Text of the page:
The defence and security company Saab and the LFV Group, operating 16 airports and responsible for air navigation services in Sweden, have received an award for their joint efforts in enabling remote air traffic control. The award is from the Jane's Information Group, handed over in Amsterdam during an air traffic control convention.
Saab, with LFV Air Navigation Services as its operative partner, has developed a solution that enables management of air traffic control at small and mid-sized airports from a common air traffic control centre. Cameras and sensors are installed at the airports and everything they register is linked in real-time to a common air traffic control centre and projected in a 360-degree view. The system was successfully tested at Ängelholm Airport in 2009 and has now received an award for its contribution to safer, more efficient and environmentally friendly air traffic.
"It feels great to get this kind of recognition for our solution," says Per Ahl, sales manager for Saab's air traffic management systems. "We've worked hard to build a safe system that is easy for air traffic controllers to use, and along with the tests we've already conducted, we see the award as further confirmation that we've been successful."
The jury consisted of the Federal Aviation Administration, the International Civil Aviation Organization, the Civil Air Navigation Services Organization, the International Air Transport Association and Jane’s Information Group.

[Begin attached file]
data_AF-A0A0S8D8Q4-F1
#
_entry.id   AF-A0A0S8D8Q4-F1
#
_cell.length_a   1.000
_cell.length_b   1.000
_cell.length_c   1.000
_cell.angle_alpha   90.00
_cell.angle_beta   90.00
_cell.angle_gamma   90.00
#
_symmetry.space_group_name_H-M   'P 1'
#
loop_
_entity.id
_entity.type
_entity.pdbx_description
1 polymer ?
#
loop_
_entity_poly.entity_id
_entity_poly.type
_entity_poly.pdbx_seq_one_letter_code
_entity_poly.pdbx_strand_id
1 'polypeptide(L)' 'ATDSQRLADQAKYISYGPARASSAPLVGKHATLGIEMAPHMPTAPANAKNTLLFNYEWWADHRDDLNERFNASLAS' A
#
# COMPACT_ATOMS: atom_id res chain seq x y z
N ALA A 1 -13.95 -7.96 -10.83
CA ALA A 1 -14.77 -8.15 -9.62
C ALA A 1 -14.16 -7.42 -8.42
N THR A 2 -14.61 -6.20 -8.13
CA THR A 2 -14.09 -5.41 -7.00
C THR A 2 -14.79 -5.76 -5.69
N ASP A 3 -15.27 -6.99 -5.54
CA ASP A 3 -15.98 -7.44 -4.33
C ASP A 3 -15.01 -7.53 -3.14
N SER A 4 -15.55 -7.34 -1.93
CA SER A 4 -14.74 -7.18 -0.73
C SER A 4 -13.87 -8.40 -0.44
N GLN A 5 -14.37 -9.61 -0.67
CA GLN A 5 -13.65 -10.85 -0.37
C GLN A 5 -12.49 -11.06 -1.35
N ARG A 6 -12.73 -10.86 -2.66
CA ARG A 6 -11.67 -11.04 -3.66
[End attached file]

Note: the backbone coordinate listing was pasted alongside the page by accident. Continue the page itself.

Safe and economic, remote air traffic control
The reasons for controlling air traffic at several airports from a common control centre relate both to economy and safety. At small and mid-sized airports, traffic is unevenly distributed over the day, with occasional peaks when the workload is higher. Instead of keeping several air control towers open, resources can be co-located.
“This is a part of LFV’s development work to improve our products, while at the same time lowering costs for our customers. I’m happy to see our work being appreciated, and I hope that we within a year or so will see the system in operation, not only in Sweden but also in other parts of the world,” says Thomas Allard, Divisional manager for LFV Air Navigation Services.
In regard to safety, there are several advantages:
• Cameras can register changes to images, which enables hazards such as forgotten tools on runways to be more easily detected.
• A camera with automatic tracking that can zoom in up to 36 times replaces binoculars in a conventional tower.
• A video tracking feature automatically detects incoming aircraft and marks them, making it easier for air traffic controllers to follow their progress, even when visibility is poor.
• With cameras, everything that occurs in air spaces and at airports can be recorded for later viewing in the event of an incident.
• Runway contours, structures and other objects at airports can be marked on screens so that they can be seen even when there is limited visibility.
• The camera zoom feature, information from radars as well as information about weather and wind are integrated into a 360-degree view – corresponding to a modern jet pilot's head-up display – that is monitored by air traffic controllers so that they don't have to shift their attention and focus.
The award – handed over at the air traffic control convention, ATC Global in Amsterdam – recognises significant developments that lead to safer, more efficient and more environmentally friendly air traffic.